Text: Pavlos Methenitis
“I lost everything for the sake of the homeland. I lost my position, I fought beyond my strength, and paid the widow’s last penny. I am already dispossessed, and I am suffering great hardship…”
So wrote Mando Mavrogeni to Ioannis Kapodistrias (Governor of Greece) in October 1828, making yet another appeal for him to provide for her subsistence – she who was a noble woman of aristocratic lineage, heir to a large fortune, which she hadn’t hesitated to spend to the last dime for the cause of the Greek War of Independence (“the Greek Revolution”).
Manouil Tasoulas’s Mando Mavrogeni. A historical record (2nd edition, 1997), co-published by the Municipality of Mykonos and Perivolaki Publications, is a truly compelling historical narrative, impassively reporting evidence – based testimonies on the life and times of a national heroine who has been mythologised like no other figure of the Greek Revolution.
Before the first edition of the dentist-cum-author’s research was completed in 1994, Mando’s life story had been obscured in the haze of legend. As there was no historical documentation, any attempt to narrate her life had been, at best, incomplete. History was inextricably interwoven with fiction, to the detriment of truth.
Tasoulas set out to study and glean every bit of evidence relating to Mando Mavrogeni (as she signed, and not “Mavrogenous” as her surname is mistakenly known). He spent years upon years delving into public archives until he eventually discovered a huge volume of documents bearing the signature of Mavrogeni. What’s more, his tireless persistence brought to light what Mando’s contemporaries had written about her, and also got him to document her descendants’ memories of the events surrounding the life of the great heroine.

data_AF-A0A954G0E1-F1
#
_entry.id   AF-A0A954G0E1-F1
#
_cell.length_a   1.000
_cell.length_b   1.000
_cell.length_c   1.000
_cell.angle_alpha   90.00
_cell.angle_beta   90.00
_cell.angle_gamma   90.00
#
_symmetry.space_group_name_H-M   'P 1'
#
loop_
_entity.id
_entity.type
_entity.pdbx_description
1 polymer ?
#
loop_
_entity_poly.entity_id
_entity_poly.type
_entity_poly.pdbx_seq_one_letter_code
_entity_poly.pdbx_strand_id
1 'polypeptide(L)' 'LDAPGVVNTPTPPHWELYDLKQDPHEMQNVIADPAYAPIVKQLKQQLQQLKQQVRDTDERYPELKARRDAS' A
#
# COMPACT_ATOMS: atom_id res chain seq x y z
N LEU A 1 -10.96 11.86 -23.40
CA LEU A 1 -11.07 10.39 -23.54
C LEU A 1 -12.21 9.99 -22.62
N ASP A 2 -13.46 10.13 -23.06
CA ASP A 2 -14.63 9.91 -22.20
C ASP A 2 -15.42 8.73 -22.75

The reader of this thorough monograph follows the footsteps of a beautiful, educated and rich woman, whose patriotism leads her from Trieste, Paros and Tinos, through to Mykonos and Nafplio, up to her “sad and inglorious end in the Cyclades” in 1840, as University of Athens professor Helen Koukkou notes in her praising review of Tasoulas’s book.
A heroine of the 1821 Greek War of Independence (“the Greek Revolution”), fought by the Greeks against the occupying Turks, one of the few leading female figures of the liberation struggle.
Magdalene (Mando) Mavrogeni was born in Trieste in 1796 (or 1797), and died in Paros in 1840. She was the daughter of a prominent family of Paros, whose members held high ranks in the Ottoman Empire, one of her ancestors being Dragoman of the Fleet.
Mavrogeni equipped a flotilla in Mykonos at her own expense. She later led a corps of fighters to battle on mainland Greece. In 1825, she settled in Nafplio. She was engaged to Demetrius Ypsilanti, a prominent figure of the Revolution, but their relationship did not fare well. She was awarded the rank of Lieutenant General.
Mando was beautiful, well-to-do, well-educated and multilingual – the appeal she addressed to the women of Europe struck a chord, contributing much to the favourable course of the Revolution. At the peak of her endeavours, the Europeans idolised her, but it was only a few years later that, at the age of 43, Mando was to die alone, sidelined by the politicians, and penniless, having pledged the whole of her substantial private fortune to the liberation cause.